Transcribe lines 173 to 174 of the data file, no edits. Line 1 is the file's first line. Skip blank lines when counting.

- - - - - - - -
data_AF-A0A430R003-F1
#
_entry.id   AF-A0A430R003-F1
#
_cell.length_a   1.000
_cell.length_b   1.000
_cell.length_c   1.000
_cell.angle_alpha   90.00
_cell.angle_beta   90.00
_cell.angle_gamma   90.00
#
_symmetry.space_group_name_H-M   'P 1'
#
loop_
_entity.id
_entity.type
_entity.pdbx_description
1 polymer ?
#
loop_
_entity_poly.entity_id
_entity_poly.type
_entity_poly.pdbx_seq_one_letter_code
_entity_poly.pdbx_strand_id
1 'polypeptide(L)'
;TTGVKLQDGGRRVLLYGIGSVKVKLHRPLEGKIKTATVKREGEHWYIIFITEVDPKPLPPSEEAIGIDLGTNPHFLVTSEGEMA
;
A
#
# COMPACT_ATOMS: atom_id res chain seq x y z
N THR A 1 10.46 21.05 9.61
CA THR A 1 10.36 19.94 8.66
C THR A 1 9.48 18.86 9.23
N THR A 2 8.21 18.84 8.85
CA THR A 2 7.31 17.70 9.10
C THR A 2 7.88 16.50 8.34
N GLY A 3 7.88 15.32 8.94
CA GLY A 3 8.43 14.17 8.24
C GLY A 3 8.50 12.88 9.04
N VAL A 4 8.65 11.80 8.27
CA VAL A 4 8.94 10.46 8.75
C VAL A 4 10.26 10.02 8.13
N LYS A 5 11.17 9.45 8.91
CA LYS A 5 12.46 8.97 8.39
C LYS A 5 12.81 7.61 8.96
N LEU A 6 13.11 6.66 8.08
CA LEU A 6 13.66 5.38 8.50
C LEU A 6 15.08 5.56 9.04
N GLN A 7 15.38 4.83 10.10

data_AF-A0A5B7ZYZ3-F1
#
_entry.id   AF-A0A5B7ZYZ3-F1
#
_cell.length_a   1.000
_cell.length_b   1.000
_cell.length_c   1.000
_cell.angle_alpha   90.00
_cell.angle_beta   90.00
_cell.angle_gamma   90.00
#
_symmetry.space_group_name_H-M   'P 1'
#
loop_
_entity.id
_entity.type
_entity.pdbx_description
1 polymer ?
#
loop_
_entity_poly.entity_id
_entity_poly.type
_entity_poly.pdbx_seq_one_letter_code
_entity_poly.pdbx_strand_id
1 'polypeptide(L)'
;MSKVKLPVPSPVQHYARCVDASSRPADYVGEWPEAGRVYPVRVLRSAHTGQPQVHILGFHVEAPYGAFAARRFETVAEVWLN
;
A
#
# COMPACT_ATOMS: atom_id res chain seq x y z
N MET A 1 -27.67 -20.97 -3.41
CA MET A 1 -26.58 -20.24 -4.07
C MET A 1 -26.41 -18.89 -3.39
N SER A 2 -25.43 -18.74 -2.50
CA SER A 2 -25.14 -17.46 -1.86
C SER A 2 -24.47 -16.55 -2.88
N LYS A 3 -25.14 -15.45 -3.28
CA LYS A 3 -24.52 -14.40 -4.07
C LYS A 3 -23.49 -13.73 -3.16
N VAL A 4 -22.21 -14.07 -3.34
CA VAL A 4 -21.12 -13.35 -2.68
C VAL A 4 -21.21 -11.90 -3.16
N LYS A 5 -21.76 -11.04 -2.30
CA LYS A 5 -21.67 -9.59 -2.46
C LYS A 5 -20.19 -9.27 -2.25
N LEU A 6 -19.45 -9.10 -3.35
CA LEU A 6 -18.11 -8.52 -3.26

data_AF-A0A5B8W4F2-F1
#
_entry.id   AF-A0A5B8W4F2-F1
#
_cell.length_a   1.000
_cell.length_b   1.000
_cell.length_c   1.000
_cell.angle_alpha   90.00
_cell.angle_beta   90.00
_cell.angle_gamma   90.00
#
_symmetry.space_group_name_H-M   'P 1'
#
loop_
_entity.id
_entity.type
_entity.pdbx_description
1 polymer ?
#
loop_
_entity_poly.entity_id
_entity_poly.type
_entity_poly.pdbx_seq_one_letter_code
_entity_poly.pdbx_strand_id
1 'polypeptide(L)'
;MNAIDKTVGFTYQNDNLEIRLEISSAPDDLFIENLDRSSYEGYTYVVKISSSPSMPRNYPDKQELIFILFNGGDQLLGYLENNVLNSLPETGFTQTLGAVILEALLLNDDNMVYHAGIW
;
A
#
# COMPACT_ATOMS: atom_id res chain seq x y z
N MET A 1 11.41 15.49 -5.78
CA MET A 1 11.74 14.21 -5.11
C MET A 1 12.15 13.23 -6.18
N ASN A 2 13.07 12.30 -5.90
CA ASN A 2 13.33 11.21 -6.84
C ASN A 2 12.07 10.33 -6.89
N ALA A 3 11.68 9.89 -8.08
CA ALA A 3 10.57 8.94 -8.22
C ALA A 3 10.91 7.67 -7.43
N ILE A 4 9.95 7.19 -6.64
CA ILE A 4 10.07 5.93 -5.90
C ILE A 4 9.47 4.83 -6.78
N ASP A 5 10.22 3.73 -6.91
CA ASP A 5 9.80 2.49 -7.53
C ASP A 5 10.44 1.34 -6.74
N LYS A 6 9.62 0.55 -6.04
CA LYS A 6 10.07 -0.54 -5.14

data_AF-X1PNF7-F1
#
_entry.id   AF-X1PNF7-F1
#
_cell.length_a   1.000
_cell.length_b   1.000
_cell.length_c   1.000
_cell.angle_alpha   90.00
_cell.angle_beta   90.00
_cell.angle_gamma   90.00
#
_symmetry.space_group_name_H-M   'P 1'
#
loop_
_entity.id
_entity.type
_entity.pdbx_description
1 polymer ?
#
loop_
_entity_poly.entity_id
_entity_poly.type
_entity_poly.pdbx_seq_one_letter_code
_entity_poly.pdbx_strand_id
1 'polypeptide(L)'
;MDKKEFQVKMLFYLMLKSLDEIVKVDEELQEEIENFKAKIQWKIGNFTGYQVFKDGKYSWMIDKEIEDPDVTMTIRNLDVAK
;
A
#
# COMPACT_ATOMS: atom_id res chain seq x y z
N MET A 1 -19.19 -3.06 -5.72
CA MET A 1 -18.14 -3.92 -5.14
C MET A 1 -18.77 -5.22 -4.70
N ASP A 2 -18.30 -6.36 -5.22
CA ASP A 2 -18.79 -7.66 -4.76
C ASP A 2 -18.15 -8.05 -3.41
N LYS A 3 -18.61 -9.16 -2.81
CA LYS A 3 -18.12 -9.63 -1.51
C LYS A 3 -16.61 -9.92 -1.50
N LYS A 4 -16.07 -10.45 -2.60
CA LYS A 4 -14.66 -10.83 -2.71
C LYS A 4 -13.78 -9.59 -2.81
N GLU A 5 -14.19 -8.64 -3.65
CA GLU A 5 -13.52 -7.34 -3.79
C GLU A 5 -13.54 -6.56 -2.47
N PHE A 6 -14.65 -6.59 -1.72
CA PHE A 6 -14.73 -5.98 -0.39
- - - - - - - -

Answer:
# COMPACT_ATOMS: atom_id res chain seq x y z
N MET A 1 -19.19 -3.06 -5.72